Comment on the Sterling Highway MP 45-60 Project
RESULTs June, 2018
The Federal Highway Administration (FHWA) signed a Record of Decision (ROD) on May 31, 2018. The ROD officially selects the Juneau Creek Alternative to design and construct. This completes the Environmental Impact Statement (EIS) review.
Based on public and agency comments on the Final EIS, two additional mitigation measures have been added by DOT&PF and FHWA:
- A fourth dedicated wildlife underpass at the Bean Creek Trail crossing of the Juneau Creek Alternative. Location and design will be refined during final design. This additional crossing brings the total to five major wildlife crossings (4 underpasses and one overcrossing - Alaska's first bridge dedicated to wildlife use)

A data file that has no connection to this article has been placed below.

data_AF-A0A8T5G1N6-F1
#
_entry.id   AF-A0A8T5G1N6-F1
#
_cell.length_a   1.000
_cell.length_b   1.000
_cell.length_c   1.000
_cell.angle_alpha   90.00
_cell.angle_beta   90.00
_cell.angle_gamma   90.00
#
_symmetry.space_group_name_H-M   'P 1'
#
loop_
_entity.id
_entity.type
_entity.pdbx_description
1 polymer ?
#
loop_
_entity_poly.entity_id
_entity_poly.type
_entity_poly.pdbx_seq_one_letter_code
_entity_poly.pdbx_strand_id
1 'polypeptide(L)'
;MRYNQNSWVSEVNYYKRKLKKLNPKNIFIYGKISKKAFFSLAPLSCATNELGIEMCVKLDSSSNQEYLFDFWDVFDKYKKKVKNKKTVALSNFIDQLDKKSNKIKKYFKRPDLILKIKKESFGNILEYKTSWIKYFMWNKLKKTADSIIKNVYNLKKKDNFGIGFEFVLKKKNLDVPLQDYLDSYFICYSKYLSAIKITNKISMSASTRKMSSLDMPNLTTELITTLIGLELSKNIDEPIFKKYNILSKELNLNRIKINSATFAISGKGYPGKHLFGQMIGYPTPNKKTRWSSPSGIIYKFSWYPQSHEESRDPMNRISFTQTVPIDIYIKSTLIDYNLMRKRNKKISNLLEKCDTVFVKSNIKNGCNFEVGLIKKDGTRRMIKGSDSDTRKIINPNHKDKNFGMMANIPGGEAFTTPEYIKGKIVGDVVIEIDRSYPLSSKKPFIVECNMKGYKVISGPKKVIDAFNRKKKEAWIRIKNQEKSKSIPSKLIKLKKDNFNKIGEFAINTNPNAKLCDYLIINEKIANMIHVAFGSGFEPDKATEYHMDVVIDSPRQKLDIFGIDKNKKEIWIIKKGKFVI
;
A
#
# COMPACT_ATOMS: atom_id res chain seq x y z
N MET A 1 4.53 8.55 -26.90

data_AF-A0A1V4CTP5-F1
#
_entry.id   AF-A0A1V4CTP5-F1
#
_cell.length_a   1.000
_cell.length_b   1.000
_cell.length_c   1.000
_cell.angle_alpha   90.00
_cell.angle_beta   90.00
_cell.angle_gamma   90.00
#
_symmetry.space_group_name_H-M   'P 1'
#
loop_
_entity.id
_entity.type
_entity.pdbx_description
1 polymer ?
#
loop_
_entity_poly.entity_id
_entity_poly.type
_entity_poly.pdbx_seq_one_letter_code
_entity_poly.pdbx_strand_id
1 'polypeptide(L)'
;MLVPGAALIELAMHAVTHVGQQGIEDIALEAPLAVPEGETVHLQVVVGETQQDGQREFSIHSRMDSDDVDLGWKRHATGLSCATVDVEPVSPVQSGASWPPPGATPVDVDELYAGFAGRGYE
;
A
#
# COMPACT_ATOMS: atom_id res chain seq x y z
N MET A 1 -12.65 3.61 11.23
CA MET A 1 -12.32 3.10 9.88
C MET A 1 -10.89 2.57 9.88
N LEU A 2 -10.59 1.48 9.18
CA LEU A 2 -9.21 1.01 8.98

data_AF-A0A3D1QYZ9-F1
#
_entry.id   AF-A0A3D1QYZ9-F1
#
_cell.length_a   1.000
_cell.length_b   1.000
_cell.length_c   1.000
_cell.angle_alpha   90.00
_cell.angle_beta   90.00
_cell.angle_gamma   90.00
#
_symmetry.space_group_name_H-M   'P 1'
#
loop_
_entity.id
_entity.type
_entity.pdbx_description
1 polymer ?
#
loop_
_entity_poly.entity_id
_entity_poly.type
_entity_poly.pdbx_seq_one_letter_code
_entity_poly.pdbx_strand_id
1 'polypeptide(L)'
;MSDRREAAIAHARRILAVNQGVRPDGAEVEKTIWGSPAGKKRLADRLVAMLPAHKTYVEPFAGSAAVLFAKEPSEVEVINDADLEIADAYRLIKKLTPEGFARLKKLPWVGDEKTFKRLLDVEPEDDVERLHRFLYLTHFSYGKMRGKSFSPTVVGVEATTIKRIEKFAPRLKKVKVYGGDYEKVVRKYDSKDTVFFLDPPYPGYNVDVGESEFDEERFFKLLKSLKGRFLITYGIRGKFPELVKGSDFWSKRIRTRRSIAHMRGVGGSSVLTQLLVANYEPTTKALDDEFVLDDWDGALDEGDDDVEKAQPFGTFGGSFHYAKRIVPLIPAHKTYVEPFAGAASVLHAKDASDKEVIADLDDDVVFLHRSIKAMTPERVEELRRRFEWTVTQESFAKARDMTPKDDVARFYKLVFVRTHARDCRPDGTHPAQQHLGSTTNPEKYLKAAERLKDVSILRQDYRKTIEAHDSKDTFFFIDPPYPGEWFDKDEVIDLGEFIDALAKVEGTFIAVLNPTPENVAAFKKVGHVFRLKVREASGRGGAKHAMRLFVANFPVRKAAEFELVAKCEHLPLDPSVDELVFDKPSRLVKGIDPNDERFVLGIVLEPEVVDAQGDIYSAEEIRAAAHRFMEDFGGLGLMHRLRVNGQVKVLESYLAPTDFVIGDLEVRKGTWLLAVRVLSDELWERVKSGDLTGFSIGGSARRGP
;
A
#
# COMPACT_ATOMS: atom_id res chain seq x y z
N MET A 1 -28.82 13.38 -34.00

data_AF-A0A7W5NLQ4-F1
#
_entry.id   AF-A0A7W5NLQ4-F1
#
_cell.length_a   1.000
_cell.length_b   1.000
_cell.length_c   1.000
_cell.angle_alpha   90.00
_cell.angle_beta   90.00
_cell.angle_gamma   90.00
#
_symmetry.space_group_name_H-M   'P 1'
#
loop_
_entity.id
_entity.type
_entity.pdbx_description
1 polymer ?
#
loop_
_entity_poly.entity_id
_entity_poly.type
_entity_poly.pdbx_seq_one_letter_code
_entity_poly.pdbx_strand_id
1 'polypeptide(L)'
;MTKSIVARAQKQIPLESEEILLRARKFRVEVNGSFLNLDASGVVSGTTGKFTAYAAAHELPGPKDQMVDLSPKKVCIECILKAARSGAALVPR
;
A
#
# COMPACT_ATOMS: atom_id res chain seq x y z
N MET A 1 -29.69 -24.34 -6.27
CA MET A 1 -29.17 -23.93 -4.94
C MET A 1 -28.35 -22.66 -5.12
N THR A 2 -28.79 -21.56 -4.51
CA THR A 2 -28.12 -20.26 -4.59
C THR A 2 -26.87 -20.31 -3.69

- A separated roadside pathway on the south side of the highway between Quartz Creek Road and the intersection of the "old" highway. The precise terminus at the western end and its connection to the existing "safety path" along the old highway will be determined during final design.
Thank you to all who helped make this happen by writing comments on the draft EIS!
Be heard. comments are due by April 16, 2018
Scroll down for Sample Letter and Comments you can use to paste into the project comment page at http://sterlinghighway.net/submit.html.
The Sterling Highway MP 45-60 Project, a.k.a. the Cooper Landing Bypass, is again making promises to proceed. It is time to make sure the comments of those who know the land and its uses are heard by the designers, engineers and planners of this project. It is not safe to assume that all relevant information has been shared, retained, known or is fully understood.